ALBUQUERQUE, N.M. (KRQE) – Rick Benavidez, 47, pled guilty in federal court in April to two counts of conspiracy to commit bank fraud and one count of submitting fraudulent returns, statements, and other documents to the Internal Revenue Service.

According to court records, in 2013, Benavidez and Damian Maron along with another man conspired to submit false documentation, including altered pay stubs, to two credit unions to receive car loans. The pay stubs, which were provided to the applicant by Benavidez, stated that the applicant’s annual income was $85,000 when in fact it was only about $8,000 in 2013.

The loan applications at both credit unions used the title for the same car, a 2007 Mercedes S Class, which was not for sale and which none of them planned to buy. The funds were then dispersed to Automotive Express, Inc., a fictitious car dealership. The men split the money and the loan went into default.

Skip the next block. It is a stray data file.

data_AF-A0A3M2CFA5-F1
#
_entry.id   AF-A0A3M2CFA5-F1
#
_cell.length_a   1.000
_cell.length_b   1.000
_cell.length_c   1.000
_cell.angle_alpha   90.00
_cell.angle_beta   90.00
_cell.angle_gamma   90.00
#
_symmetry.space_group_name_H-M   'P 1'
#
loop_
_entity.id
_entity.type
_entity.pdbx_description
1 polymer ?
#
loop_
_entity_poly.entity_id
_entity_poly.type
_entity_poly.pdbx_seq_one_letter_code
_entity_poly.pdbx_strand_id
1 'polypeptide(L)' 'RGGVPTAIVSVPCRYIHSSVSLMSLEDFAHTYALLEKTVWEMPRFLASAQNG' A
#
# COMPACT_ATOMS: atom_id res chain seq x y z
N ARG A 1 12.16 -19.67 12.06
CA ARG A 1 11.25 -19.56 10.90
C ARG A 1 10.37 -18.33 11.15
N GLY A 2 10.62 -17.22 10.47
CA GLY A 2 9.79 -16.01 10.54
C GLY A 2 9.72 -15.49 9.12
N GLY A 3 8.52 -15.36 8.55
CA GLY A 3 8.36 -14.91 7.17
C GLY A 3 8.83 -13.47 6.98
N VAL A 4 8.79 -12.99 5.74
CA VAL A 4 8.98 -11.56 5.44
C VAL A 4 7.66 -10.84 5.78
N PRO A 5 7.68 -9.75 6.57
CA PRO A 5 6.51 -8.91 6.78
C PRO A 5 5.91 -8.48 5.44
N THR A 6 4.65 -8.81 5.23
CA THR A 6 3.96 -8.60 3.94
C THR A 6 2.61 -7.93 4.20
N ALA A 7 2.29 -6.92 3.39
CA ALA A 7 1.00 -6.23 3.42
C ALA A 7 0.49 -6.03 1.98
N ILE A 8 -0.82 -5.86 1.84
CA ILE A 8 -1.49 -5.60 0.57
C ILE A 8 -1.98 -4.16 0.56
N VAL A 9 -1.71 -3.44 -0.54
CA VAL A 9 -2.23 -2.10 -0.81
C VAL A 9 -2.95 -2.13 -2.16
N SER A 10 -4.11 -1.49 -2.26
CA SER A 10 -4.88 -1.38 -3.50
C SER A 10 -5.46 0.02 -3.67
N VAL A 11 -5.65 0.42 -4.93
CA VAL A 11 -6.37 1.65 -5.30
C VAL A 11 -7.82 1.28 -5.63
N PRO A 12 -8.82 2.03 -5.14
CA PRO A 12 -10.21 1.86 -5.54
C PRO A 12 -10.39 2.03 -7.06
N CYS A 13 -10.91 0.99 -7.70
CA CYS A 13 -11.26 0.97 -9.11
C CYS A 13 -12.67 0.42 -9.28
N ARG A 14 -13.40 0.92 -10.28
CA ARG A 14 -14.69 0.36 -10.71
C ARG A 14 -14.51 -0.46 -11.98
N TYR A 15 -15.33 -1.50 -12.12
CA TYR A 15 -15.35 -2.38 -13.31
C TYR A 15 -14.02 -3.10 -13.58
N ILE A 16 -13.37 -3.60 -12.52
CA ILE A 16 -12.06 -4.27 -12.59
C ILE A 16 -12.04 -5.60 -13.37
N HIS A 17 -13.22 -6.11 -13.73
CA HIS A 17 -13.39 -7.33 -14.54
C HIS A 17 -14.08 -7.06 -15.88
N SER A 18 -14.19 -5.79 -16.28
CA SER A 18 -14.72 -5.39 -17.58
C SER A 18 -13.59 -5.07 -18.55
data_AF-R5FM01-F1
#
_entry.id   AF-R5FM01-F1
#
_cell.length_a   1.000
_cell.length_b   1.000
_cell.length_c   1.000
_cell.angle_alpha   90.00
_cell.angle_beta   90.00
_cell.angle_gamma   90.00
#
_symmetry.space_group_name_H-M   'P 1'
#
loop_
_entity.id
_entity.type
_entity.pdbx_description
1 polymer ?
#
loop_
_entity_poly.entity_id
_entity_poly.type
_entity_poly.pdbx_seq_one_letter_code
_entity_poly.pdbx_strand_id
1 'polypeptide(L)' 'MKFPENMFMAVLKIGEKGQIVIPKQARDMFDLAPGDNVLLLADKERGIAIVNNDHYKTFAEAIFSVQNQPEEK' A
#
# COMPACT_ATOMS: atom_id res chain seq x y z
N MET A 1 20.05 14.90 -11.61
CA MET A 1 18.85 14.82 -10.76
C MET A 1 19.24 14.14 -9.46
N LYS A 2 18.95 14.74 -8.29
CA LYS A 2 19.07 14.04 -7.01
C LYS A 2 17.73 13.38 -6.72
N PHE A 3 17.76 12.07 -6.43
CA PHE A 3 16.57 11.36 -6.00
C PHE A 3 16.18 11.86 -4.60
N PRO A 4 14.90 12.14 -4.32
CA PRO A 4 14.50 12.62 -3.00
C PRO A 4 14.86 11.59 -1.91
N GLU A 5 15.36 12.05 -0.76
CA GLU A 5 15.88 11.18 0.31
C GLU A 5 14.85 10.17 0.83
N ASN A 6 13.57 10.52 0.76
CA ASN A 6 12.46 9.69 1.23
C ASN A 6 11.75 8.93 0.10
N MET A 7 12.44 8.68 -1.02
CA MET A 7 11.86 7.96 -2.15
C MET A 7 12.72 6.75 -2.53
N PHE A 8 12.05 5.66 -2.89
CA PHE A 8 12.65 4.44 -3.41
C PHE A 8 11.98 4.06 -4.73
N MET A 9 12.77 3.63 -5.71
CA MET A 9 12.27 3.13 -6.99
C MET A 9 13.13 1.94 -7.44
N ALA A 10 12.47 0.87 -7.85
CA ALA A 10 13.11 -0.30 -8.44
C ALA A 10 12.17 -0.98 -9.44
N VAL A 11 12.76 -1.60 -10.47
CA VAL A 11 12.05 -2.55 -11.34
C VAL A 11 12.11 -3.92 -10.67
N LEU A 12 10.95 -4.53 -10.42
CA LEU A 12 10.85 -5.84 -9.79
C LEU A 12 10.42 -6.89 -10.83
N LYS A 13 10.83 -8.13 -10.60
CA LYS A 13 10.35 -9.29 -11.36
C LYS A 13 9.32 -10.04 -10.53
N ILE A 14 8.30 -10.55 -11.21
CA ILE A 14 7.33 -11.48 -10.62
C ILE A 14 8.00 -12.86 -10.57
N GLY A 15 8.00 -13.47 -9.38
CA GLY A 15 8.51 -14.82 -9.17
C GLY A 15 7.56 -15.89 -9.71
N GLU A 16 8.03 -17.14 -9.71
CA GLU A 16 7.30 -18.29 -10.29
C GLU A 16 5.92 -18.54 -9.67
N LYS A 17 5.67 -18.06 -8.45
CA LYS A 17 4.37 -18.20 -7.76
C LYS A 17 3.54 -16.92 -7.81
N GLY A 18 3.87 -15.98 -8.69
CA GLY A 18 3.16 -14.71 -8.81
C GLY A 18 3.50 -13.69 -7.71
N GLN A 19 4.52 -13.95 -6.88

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Benavidez admitted in his plea that the loans under the false idea of buying the Mercedes were part of a larger scheme using multiple straw applications to obtain similar loans which paid out a total of more than $359,000.

Benavidez also acknowledged another loan scheme allegedly involving Willie Lee Edwards, who is currently wanted by the FBI. The two of them applied for more than $1,100,000 in loans of which nearly $1,000,000 was paid out.

After being charged with conspiracy and bank fraud, Benavidez submitted a false document to the IRS purporting to designate the assigned U.S. District Court judge as his fiduciary. Prosecutors say the judge never agreed to that and had never been Benavidez’s legal fiduciary.

By the terms of his plea, Benavidez faces up to more than 5 years in prison. Maron pled guilty to one count of conspiracy to commit bank fraud and one count of bank fraud, he faces up to 30 years in prison.